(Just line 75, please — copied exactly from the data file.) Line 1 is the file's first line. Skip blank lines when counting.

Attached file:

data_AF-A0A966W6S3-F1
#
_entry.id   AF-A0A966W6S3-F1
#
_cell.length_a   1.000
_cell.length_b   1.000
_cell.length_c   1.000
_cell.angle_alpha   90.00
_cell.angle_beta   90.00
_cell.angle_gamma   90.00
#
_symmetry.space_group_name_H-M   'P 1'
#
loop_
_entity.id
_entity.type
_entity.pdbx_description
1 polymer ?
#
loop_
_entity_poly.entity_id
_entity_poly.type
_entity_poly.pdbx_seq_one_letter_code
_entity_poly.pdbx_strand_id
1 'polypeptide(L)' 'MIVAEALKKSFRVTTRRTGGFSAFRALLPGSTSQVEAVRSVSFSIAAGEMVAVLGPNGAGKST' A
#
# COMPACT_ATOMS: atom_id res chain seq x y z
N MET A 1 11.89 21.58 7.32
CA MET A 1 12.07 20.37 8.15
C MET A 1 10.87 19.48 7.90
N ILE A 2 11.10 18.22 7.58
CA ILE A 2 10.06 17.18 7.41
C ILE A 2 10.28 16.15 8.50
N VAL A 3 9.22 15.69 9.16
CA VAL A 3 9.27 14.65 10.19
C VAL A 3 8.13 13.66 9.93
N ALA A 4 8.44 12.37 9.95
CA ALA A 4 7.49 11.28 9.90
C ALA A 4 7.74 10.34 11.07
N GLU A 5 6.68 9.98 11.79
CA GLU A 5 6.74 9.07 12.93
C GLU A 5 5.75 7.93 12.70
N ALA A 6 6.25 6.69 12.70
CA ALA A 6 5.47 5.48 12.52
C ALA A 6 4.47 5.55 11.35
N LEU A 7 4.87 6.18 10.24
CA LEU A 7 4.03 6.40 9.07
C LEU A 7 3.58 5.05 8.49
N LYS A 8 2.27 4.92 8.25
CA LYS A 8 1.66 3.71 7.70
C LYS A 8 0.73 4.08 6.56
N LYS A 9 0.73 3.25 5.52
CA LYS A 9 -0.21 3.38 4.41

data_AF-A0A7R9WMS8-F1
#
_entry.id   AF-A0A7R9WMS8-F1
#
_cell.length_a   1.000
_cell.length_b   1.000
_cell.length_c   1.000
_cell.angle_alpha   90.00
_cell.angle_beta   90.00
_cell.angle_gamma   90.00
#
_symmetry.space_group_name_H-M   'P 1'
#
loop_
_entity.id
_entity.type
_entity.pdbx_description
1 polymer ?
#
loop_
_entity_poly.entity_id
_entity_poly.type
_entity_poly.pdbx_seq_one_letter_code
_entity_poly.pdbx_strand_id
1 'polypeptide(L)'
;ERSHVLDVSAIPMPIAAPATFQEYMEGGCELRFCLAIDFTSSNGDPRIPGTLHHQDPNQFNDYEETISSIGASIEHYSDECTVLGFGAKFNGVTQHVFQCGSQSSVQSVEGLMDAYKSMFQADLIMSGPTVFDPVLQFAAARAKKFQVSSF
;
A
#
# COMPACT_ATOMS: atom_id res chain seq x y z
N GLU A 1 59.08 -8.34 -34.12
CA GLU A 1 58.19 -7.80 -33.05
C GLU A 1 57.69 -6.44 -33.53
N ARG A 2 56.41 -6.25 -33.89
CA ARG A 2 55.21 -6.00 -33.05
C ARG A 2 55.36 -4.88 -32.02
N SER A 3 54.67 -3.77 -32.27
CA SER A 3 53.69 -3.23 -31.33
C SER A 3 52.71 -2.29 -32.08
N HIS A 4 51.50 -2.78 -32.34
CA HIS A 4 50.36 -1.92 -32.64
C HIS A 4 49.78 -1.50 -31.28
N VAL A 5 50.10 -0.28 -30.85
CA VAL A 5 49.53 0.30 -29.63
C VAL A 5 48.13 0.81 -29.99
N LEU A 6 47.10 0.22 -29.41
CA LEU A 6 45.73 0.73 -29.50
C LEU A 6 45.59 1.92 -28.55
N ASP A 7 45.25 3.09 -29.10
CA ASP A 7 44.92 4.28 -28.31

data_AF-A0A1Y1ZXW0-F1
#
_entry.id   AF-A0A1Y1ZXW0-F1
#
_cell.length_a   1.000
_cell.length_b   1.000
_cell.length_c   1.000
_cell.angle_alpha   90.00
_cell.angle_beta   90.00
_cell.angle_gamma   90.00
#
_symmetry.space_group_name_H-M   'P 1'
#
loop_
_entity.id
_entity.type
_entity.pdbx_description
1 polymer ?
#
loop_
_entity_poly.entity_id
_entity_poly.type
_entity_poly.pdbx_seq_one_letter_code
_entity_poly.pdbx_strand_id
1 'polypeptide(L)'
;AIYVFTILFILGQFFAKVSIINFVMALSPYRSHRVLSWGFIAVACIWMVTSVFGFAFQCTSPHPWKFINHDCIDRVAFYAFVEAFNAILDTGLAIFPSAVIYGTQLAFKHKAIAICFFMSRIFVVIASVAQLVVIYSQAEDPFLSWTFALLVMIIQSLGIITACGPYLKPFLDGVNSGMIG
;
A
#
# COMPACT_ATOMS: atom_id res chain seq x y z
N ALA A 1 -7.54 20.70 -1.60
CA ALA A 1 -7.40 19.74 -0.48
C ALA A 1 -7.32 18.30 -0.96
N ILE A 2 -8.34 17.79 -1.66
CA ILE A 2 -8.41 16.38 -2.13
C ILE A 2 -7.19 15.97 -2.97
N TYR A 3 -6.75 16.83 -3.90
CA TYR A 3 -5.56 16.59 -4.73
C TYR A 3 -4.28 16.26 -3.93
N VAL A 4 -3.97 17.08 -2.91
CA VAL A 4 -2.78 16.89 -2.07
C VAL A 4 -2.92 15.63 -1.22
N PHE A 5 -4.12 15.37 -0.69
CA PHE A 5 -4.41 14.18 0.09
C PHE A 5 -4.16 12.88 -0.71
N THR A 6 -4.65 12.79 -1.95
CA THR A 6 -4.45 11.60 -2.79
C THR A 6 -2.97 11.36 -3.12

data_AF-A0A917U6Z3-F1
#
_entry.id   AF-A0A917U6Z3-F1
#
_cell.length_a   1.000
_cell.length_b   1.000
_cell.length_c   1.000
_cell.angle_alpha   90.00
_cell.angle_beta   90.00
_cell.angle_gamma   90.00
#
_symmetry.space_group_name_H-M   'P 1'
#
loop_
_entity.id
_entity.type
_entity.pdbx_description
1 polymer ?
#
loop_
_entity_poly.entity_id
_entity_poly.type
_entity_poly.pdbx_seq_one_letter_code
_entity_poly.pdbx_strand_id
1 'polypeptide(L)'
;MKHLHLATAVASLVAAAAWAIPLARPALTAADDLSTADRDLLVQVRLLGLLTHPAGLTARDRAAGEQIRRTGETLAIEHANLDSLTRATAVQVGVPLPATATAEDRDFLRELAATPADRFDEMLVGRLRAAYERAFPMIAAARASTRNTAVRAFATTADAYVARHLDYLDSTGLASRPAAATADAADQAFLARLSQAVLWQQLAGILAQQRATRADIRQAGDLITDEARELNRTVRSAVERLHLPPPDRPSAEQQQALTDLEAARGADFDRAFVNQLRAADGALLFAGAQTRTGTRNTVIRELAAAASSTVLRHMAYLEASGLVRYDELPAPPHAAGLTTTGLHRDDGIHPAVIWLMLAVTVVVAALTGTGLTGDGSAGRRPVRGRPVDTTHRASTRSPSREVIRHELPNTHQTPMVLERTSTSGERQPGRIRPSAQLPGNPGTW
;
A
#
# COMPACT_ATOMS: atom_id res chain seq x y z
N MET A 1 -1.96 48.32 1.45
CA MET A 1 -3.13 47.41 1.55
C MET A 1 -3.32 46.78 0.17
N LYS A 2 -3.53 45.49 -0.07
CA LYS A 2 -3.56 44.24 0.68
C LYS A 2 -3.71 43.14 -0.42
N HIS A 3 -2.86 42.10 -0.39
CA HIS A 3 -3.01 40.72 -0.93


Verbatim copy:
_entity_poly.type